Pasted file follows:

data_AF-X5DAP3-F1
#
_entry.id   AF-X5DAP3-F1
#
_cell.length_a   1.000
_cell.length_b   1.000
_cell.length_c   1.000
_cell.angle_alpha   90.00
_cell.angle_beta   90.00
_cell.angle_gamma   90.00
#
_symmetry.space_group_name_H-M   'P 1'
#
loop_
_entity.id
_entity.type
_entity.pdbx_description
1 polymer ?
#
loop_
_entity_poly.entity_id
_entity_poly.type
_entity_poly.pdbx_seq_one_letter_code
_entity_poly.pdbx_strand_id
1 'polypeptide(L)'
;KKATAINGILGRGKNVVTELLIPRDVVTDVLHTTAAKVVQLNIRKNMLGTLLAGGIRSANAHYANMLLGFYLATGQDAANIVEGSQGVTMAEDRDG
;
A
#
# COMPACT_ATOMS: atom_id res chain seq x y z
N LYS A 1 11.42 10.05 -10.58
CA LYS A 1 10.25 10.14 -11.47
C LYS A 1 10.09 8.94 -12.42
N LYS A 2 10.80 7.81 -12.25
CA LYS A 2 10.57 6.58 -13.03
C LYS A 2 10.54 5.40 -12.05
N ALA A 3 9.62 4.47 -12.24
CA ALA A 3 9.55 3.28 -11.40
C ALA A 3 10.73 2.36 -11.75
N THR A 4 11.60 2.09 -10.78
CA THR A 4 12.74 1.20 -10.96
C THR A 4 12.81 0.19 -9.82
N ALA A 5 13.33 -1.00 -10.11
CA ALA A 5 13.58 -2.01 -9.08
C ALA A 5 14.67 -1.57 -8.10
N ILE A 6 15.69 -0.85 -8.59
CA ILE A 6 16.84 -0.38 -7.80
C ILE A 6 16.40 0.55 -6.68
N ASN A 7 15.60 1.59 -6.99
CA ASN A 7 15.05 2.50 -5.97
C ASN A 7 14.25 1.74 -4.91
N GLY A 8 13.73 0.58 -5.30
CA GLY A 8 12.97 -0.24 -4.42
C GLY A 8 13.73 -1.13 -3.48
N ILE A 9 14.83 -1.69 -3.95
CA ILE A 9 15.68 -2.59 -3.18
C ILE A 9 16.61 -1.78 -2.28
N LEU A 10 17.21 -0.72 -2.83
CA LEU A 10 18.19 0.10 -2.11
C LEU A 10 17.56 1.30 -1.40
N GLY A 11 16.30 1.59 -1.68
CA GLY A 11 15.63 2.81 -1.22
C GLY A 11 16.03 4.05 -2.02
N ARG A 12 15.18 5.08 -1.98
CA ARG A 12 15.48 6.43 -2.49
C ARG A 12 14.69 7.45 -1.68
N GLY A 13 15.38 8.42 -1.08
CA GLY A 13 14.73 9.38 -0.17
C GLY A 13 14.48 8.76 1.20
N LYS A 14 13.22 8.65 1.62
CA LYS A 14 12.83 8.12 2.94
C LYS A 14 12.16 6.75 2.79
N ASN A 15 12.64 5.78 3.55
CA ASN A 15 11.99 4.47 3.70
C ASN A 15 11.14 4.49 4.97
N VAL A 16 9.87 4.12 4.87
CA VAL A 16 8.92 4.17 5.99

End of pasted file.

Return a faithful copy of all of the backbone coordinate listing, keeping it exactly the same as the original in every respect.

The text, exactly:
data_AF-X5DAP3-F1
#
_entry.id   AF-X5DAP3-F1
#
_cell.length_a   1.000
_cell.length_b   1.000
_cell.length_c   1.000
_cell.angle_alpha   90.00
_cell.angle_beta   90.00
_cell.angle_gamma   90.00
#
_symmetry.space_group_name_H-M   'P 1'
#
loop_
_entity.id
_entity.type
_entity.pdbx_description
1 polymer ?
#
loop_
_entity_poly.entity_id
_entity_poly.type
_entity_poly.pdbx_seq_one_letter_code
_entity_poly.pdbx_strand_id
1 'polypeptide(L)'
;KKATAINGILGRGKNVVTELLIPRDVVTDVLHTTAAKVVQLNIRKNMLGTLLAGGIRSANAHYANMLLGFYLATGQDAANIVEGSQGVTMAEDRDG
;
A
#
# COMPACT_ATOMS: atom_id res chain seq x y z
N LYS A 1 11.42 10.05 -10.58
CA LYS A 1 10.25 10.14 -11.47
C LYS A 1 10.09 8.94 -12.42
N LYS A 2 10.80 7.81 -12.25
CA LYS A 2 10.57 6.58 -13.03
C LYS A 2 10.54 5.40 -12.05
N ALA A 3 9.62 4.47 -12.24
CA ALA A 3 9.55 3.28 -11.40
C ALA A 3 10.73 2.36 -11.75
N THR A 4 11.60 2.09 -10.78
CA THR A 4 12.74 1.20 -10.96
C THR A 4 12.81 0.19 -9.82
N ALA A 5 13.33 -1.00 -10.11
CA ALA A 5 13.58 -2.01 -9.08
C ALA A 5 14.67 -1.57 -8.10
N ILE A 6 15.69 -0.85 -8.59
CA ILE A 6 16.84 -0.38 -7.80
C ILE A 6 16.40 0.55 -6.68
N ASN A 7 15.60 1.59 -6.99
CA ASN A 7 15.05 2.50 -5.97
C ASN A 7 14.25 1.74 -4.91
N GLY A 8 13.73 0.58 -5.30
CA GLY A 8 12.97 -0.24 -4.42
C GLY A 8 13.73 -1.13 -3.48
N ILE A 9 14.83 -1.69 -3.95
CA ILE A 9 15.68 -2.59 -3.18
C ILE A 9 16.61 -1.78 -2.28
N LEU A 10 17.21 -0.72 -2.83
CA LEU A 10 18.19 0.10 -2.11
C LEU A 10 17.56 1.30 -1.40
N GLY A 11 16.30 1.59 -1.68
CA GLY A 11 15.63 2.81 -1.22
C GLY A 11 16.03 4.05 -2.02
N ARG A 12 15.18 5.08 -1.98
CA ARG A 12 15.48 6.43 -2.49
C ARG A 12 14.69 7.45 -1.68
N GLY A 13 15.38 8.42 -1.08
CA GLY A 13 14.73 9.38 -0.17
C GLY A 13 14.48 8.76 1.20
N LYS A 14 13.22 8.65 1.62
CA LYS A 14 12.83 8.12 2.94
C LYS A 14 12.16 6.75 2.79
N ASN A 15 12.64 5.78 3.55
CA ASN A 15 11.99 4.47 3.70
C ASN A 15 11.14 4.49 4.97
N VAL A 16 9.87 4.12 4.87
CA VAL A 16 8.92 4.17 5.99